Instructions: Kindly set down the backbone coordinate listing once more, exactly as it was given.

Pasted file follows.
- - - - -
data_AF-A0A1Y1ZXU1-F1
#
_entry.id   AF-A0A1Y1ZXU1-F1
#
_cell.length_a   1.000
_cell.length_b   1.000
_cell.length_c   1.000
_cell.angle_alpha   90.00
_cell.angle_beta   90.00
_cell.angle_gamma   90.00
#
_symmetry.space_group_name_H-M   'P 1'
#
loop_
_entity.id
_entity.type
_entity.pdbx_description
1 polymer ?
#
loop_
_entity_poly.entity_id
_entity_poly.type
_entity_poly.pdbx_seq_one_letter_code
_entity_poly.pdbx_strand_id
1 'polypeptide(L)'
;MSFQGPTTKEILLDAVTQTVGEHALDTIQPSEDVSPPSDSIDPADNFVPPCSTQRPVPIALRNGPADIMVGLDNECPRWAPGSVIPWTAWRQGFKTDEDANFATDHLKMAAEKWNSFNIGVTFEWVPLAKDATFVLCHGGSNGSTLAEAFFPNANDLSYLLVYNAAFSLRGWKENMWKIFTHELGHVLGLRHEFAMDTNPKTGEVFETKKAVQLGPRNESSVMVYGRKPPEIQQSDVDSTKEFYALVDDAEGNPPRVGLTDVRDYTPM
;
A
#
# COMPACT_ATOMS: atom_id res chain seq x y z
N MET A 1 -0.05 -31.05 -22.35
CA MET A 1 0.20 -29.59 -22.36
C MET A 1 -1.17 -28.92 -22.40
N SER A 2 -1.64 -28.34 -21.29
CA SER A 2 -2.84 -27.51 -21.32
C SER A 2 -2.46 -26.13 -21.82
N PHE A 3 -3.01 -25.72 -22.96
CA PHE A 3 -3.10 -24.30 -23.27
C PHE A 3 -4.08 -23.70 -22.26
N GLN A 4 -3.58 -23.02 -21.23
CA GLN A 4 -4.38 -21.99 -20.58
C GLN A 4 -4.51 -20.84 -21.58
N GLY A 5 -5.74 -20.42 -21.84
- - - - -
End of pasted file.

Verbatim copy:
data_AF-A0A1Y1ZXU1-F1
#
_entry.id   AF-A0A1Y1ZXU1-F1
#
_cell.length_a   1.000
_cell.length_b   1.000
_cell.length_c   1.000
_cell.angle_alpha   90.00
_cell.angle_beta   90.00
_cell.angle_gamma   90.00
#
_symmetry.space_group_name_H-M   'P 1'
#
loop_
_entity.id
_entity.type
_entity.pdbx_description
1 polymer ?
#
loop_
_entity_poly.entity_id
_entity_poly.type
_entity_poly.pdbx_seq_one_letter_code
_entity_poly.pdbx_strand_id
1 'polypeptide(L)'
;MSFQGPTTKEILLDAVTQTVGEHALDTIQPSEDVSPPSDSIDPADNFVPPCSTQRPVPIALRNGPADIMVGLDNECPRWAPGSVIPWTAWRQGFKTDEDANFATDHLKMAAEKWNSFNIGVTFEWVPLAKDATFVLCHGGSNGSTLAEAFFPNANDLSYLLVYNAAFSLRGWKENMWKIFTHELGHVLGLRHEFAMDTNPKTGEVFETKKAVQLGPRNESSVMVYGRKPPEIQQSDVDSTKEFYALVDDAEGNPPRVGLTDVRDYTPM
;
A
#
# COMPACT_ATOMS: atom_id res chain seq x y z
N MET A 1 -0.05 -31.05 -22.35
CA MET A 1 0.20 -29.59 -22.36
C MET A 1 -1.17 -28.92 -22.40
N SER A 2 -1.64 -28.34 -21.29
CA SER A 2 -2.84 -27.51 -21.32
C SER A 2 -2.46 -26.13 -21.82
N PHE A 3 -3.01 -25.72 -22.96
CA PHE A 3 -3.10 -24.30 -23.27
C PHE A 3 -4.08 -23.70 -22.26
N GLN A 4 -3.58 -23.02 -21.23
CA GLN A 4 -4.38 -21.99 -20.58
C GLN A 4 -4.51 -20.84 -21.58
N GLY A 5 -5.74 -20.42 -21.84